Here’s an easy tofu and edamame salad recipe that’s perfect to serve with your favorite Asian-inspired rice or noodle dishes. It’s an offbeat chopped salad that can be served year round.
Ready-to-use baked tofu and buttery edamame (fresh green soybeans) are teamed with bell pepper, zucchini, and celery, and enveloped in sesame-ginger dressing.
What to serve with tofu and edamame salad
Here are a few suggestions for noodle or rice dishes to pair with this dish:
- Peanut Satay Soba Noodles with Cucumber
- Stir-Fried Soba Noodles with Corn and Cabbage
- Gingery Bok Choy Fried Rice
With any of these choices, cherry or grape tomatoes and/or baby carrots add color to the plate. For extra fun, complete the meal with vegetable spring rolls from your grocery’s frozen foods section.
Ingredients for this salad
- Frozen shelled edamame (or about 4 cups fresh, in the shell)
- Pine nuts (1/4 cup) or walnuts (1/2 cup chopped)
- Zucchini (1/2 medium or 1 small)
- Orange or red bell pepper (1 medium)
- Celery (2 large stalks)
- Baked tofu (8-ounce package)
- Sesame ginger salad dressing, bottled or homemade
- Salt and freshly ground pepper
- Mixed baby greens (2 to 3 ounces)
Edamame, in and out of the shell
Sometimes called fresh green soybeans, edamame are basically immature soybeans. Resembling baby lima beans with less mealiness and more flavor, edamame (eda-MA-may) are a popular appetizer in Japanese restaurants. They’re usually served in the pod, ready to be popped open — that’s half of the fun!
Edamame have a lot going for them, with a good protein and fiber profile. They provide generous amounts of vitamins and minerals, especially Vitamin K and folate. Learn more about how to use and enjoy edamame, and see their complete nutritional profile.
Use fresh or frozen edamame: In midsummer, you might find fresh edamame in your local farm markets. They’re cooked in the shell for about 8 minutes, then popped open and eaten at room temperature as a snack or to use in recipes like this one.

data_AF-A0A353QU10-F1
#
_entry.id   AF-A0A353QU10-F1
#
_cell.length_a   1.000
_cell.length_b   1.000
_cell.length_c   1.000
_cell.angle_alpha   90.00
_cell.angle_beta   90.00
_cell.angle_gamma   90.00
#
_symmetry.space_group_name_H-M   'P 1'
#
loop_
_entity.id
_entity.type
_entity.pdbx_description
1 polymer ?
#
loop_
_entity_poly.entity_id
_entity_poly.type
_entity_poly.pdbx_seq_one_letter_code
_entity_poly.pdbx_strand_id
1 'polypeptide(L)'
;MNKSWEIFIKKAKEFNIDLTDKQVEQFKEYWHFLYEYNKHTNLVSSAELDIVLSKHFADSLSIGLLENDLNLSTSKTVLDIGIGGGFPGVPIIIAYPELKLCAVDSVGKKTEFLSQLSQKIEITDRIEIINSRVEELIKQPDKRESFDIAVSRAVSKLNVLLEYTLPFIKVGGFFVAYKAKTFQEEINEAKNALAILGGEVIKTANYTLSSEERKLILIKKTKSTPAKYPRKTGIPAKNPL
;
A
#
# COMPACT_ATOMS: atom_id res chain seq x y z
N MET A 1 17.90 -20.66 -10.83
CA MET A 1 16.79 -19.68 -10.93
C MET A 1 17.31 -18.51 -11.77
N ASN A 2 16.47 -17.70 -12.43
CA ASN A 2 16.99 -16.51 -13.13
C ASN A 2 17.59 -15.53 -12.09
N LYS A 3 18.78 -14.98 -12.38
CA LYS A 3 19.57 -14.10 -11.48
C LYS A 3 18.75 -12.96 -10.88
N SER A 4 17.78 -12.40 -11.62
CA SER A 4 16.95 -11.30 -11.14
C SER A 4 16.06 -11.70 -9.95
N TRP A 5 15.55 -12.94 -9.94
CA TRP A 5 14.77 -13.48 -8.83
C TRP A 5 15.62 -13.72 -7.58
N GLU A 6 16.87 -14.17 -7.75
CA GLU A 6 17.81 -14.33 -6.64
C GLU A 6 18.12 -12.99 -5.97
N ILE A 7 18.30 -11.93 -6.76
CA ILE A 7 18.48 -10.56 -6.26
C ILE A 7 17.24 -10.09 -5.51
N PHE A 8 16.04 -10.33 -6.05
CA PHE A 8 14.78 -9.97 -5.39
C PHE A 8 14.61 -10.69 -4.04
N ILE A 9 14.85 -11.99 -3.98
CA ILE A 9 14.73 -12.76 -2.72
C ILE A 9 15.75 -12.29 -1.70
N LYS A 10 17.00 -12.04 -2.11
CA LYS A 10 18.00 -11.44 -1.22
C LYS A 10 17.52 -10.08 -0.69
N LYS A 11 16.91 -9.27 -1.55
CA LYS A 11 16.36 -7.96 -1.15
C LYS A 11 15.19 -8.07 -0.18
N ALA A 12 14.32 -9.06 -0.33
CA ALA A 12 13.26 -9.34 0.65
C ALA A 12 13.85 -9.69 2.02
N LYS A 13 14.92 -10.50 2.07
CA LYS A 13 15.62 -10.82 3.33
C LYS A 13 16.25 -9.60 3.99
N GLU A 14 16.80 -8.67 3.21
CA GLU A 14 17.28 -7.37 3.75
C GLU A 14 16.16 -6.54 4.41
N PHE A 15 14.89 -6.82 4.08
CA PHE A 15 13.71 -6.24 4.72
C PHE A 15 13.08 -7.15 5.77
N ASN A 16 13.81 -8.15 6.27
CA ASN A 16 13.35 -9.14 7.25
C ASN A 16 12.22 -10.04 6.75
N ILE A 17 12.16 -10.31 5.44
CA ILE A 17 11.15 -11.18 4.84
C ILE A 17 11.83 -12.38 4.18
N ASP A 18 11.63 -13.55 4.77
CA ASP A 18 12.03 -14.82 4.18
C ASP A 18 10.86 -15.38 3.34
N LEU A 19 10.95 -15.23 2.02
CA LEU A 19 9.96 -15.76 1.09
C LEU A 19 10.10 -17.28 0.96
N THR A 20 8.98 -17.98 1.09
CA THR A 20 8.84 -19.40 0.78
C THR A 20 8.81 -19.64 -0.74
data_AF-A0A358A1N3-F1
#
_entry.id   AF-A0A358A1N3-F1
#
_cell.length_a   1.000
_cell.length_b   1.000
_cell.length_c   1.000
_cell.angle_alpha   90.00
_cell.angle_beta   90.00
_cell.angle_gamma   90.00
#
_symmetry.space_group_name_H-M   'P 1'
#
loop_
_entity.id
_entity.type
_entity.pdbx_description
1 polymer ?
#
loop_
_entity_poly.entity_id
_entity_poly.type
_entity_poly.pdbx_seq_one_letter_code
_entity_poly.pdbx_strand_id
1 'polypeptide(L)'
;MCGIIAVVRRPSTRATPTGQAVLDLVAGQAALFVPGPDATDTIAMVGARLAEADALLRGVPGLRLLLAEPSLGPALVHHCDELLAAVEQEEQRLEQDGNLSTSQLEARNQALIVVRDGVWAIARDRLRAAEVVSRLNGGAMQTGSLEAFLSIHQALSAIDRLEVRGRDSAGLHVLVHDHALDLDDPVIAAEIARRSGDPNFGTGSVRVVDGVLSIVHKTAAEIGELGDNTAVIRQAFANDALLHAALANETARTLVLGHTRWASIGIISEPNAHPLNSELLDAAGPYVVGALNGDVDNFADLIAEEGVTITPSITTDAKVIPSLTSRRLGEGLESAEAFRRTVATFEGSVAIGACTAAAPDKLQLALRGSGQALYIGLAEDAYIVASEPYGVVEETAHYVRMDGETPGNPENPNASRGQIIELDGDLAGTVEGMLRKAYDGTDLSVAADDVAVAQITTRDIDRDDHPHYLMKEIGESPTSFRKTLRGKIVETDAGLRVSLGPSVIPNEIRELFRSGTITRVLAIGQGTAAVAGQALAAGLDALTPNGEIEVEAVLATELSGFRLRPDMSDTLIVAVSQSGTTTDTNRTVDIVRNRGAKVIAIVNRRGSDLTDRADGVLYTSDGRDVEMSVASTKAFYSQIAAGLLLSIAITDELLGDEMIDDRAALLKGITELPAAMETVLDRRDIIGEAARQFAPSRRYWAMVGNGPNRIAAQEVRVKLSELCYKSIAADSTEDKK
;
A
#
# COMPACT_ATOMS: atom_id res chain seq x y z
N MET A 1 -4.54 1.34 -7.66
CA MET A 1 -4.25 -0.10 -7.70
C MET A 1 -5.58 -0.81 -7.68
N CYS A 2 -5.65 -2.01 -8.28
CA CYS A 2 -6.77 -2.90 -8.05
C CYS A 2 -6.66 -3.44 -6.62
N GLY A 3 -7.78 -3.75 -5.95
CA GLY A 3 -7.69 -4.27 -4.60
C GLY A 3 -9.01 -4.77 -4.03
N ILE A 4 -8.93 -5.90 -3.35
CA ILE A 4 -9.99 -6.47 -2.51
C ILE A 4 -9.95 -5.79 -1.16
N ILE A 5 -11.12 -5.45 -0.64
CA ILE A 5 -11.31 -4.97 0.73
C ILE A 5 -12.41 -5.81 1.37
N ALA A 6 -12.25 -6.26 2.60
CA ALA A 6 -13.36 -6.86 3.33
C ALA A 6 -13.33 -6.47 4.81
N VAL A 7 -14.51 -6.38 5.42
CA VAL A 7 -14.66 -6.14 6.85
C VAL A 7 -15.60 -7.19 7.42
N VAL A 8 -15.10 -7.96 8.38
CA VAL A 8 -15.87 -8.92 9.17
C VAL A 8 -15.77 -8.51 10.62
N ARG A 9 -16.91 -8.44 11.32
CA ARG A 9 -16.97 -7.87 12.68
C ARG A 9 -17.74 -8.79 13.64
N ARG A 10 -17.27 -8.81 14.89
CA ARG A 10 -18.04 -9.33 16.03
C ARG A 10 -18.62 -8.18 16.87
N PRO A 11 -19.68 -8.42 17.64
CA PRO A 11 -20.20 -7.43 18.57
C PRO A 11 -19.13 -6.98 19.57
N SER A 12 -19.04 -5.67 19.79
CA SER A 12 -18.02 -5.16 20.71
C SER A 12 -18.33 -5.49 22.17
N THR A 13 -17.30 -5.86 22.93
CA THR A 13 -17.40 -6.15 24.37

Otherwise, look for frozen edamame in the freezer section of well-stocked supermarkets and natural foods stores, either in or out of the shell — though in this case, it may be more practical to buy them already shelled. Learn lots more in our Guide to Edamame.
Photos by Hannah Kaminsky, BittersweetBlog.com.
Explore more …
- Easy, Versatile Recipes Using Baked Tofu
- Succotash-Style Corn and Edamame Salad
- Spring Grain Bowls with Edamame, Bok Choy, & Oranges
- Bean Salad Recipes
- 1 1/2 cups thawed frozen shelled edamame (see Note for using fresh)
- 1/4 cup pine nuts or 1/2 cup finely chopped walnuts
- 1 cup zucchini, cut into 1/2-inch dice
- 1 small orange or red bell pepper, cut into 1/2-inch dice
- 2 large stalks celery, cut into 1/2-inch dice
- 8-ounce package baked tofu, cut into 1/2-inch dice
- 1/4 cup thinly sliced scallion
- 1/3 cup sesame ginger salad dressing, bottled or homemade, plus more for serving (see link to recipe in Notes)
- Salt and freshly ground pepper to taste
- Mixed baby greens as needed
- Cook the frozen edamame according to package directions, then rinse under cool water in a colander until no longer hot; drain well. (If using fresh, refer to Notes.)
- Toast the nuts of choice on a small, dry skillet over medium-low heat until golden and fragrant. If using pine nuts, watch them carefully, as they go from toasty to burned in no time. Transfer to a small bowl and set aside.
- Combine the edamame with the remaining ingredients except the greens in a bowl and toss together.
- Spread some greens on a platter. Arrange the edamame mixture over them, then scatter the toasted nuts over the top. Serve at once; pass around extra sesame-ginger dressing for individual portions.
If you’re lucky enough to find fresh edamame, of course, feel free to use them in this recipe. Simply combine about 4 cups of edamame in the shell with water to cover in a saucepan. Bring to a rapid simmer, then turn down the heat and cook gently and steadily for 8 minutes. Drain into a colander and rinse under cool water until no longer hot. Pop out of the shells (which you’ll need to discard) and proceed with the recipe.
Here is our recipe for Homemade Sesame-Ginger Salad Dressing.
Here are lots more plant-forward salads & sides.